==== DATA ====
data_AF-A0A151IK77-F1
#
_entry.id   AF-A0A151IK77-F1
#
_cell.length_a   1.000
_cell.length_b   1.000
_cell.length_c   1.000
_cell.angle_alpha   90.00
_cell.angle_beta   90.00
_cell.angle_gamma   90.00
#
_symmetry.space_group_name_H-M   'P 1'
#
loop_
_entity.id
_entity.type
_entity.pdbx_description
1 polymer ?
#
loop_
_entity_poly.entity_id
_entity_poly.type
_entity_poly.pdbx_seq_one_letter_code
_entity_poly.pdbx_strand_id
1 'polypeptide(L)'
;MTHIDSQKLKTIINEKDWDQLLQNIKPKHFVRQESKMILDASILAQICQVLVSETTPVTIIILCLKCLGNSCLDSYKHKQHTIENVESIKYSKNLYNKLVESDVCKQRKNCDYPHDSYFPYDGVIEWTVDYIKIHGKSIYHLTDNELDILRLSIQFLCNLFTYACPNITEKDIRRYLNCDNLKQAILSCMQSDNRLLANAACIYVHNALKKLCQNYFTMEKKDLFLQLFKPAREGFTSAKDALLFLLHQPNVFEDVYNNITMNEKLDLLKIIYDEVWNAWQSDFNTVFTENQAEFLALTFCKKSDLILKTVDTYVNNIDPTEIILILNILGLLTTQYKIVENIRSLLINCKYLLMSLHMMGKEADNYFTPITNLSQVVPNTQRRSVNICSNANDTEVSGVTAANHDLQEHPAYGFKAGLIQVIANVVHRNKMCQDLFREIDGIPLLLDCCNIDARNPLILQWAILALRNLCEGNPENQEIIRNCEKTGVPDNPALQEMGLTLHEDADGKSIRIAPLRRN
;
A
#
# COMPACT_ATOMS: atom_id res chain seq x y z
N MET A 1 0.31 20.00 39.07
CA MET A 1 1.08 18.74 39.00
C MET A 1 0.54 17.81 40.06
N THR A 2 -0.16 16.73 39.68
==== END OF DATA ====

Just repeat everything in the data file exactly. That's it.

data_AF-A0A151IK77-F1
#
_entry.id   AF-A0A151IK77-F1
#
_cell.length_a   1.000
_cell.length_b   1.000
_cell.length_c   1.000
_cell.angle_alpha   90.00
_cell.angle_beta   90.00
_cell.angle_gamma   90.00
#
_symmetry.space_group_name_H-M   'P 1'
#
loop_
_entity.id
_entity.type
_entity.pdbx_description
1 polymer ?
#
loop_
_entity_poly.entity_id
_entity_poly.type
_entity_poly.pdbx_seq_one_letter_code
_entity_poly.pdbx_strand_id
1 'polypeptide(L)'
;MTHIDSQKLKTIINEKDWDQLLQNIKPKHFVRQESKMILDASILAQICQVLVSETTPVTIIILCLKCLGNSCLDSYKHKQHTIENVESIKYSKNLYNKLVESDVCKQRKNCDYPHDSYFPYDGVIEWTVDYIKIHGKSIYHLTDNELDILRLSIQFLCNLFTYACPNITEKDIRRYLNCDNLKQAILSCMQSDNRLLANAACIYVHNALKKLCQNYFTMEKKDLFLQLFKPAREGFTSAKDALLFLLHQPNVFEDVYNNITMNEKLDLLKIIYDEVWNAWQSDFNTVFTENQAEFLALTFCKKSDLILKTVDTYVNNIDPTEIILILNILGLLTTQYKIVENIRSLLINCKYLLMSLHMMGKEADNYFTPITNLSQVVPNTQRRSVNICSNANDTEVSGVTAANHDLQEHPAYGFKAGLIQVIANVVHRNKMCQDLFREIDGIPLLLDCCNIDARNPLILQWAILALRNLCEGNPENQEIIRNCEKTGVPDNPALQEMGLTLHEDADGKSIRIAPLRRN
;
A
#
# COMPACT_ATOMS: atom_id res chain seq x y z
N MET A 1 0.31 20.00 39.07
CA MET A 1 1.08 18.74 39.00
C MET A 1 0.54 17.81 40.06
N THR A 2 -0.16 16.73 39.68